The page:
30 October 2015
Today, Sander Dekker – the Dutch State Secretary for Education, Culture and Science - officially opens the FELIX Laboratory and the neighboring Experimental garden on the campus of Radboud University.
In the FELIX Laboratory, free-electron lasers produce very intense, 'tailored' light for various types of research. FELIX’s three lasers FELIX, FLARE and FELICE generate short-pulse infrared and terahertz (THz) light which can be used by biologists, chemists, physicists and even astrophysicists to investigate for instance 3D structure, electronic properties and dynamics of matter.
FELIX, HFML & FOM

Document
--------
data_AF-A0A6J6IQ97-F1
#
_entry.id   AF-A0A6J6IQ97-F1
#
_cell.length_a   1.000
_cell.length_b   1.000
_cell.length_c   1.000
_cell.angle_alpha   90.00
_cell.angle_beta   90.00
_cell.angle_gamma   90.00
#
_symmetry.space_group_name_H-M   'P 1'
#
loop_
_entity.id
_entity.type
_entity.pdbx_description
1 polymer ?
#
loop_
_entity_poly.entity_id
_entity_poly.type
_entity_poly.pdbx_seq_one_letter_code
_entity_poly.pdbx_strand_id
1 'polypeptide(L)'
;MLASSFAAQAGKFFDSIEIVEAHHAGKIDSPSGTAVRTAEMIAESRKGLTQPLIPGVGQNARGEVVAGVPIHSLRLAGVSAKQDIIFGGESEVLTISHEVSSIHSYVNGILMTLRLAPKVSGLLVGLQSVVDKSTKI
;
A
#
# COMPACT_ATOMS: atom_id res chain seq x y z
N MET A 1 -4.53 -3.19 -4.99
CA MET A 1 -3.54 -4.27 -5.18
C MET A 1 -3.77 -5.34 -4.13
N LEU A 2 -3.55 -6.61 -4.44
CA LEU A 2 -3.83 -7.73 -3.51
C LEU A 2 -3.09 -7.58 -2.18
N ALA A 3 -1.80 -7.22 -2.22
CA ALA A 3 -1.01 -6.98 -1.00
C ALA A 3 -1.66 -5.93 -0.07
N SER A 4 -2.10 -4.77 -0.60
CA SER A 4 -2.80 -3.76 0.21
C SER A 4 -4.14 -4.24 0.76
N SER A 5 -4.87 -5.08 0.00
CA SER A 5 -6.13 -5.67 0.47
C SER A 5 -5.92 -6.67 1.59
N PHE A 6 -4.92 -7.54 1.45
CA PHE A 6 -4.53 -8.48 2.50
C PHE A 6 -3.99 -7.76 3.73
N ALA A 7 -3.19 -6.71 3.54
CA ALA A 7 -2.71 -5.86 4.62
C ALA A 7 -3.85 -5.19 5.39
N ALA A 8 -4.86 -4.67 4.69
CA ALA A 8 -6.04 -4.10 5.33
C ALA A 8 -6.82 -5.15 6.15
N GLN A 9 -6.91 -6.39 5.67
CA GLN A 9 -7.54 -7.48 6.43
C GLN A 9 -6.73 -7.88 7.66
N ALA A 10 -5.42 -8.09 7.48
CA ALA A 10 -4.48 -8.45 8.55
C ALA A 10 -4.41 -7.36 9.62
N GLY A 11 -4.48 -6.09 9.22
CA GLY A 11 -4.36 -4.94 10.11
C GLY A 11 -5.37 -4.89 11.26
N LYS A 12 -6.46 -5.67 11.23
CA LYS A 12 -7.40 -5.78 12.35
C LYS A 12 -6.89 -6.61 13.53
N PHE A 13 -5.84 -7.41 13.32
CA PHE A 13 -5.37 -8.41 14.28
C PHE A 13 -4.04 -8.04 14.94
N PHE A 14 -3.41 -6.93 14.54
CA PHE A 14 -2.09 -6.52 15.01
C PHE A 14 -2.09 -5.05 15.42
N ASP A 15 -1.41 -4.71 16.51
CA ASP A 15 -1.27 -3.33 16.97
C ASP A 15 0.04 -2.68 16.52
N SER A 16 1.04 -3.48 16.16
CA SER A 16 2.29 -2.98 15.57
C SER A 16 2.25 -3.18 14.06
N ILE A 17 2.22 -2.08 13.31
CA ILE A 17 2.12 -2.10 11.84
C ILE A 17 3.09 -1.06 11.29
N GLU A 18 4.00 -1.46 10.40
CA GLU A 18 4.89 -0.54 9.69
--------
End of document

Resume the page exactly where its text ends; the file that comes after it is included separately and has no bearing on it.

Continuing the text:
The FELIX Laboratory is a merger of the free electron lasers and staff from the FELIX facility in the FOM institute, previously located in Rijnhuizen, and the FLARE laser which has been developed in Nijmegen and is operational since 2011. The new, combined facility has been open for users since 2013 - however, with some limitations - and has become fully operational just recently.
In the summer of 2015, the FELIX Laboratory was connected to its neighbor, the High Field Magnet Laboratory HFML which hosts some of the most powerful magnets in the world. The combination of these continuous high magnetic fields with light from the FELIX lasers offers scientists the possibility to study matter and materials in conditions that cannot be found anywhere else. Although the beamline between FELIX and HFML has only recently been completed, the first successful measurements have already been done. FOM is partner in both HFML and FELIX, which both form a FOM focus group.
More information about the FELIX Laboratory (youtube).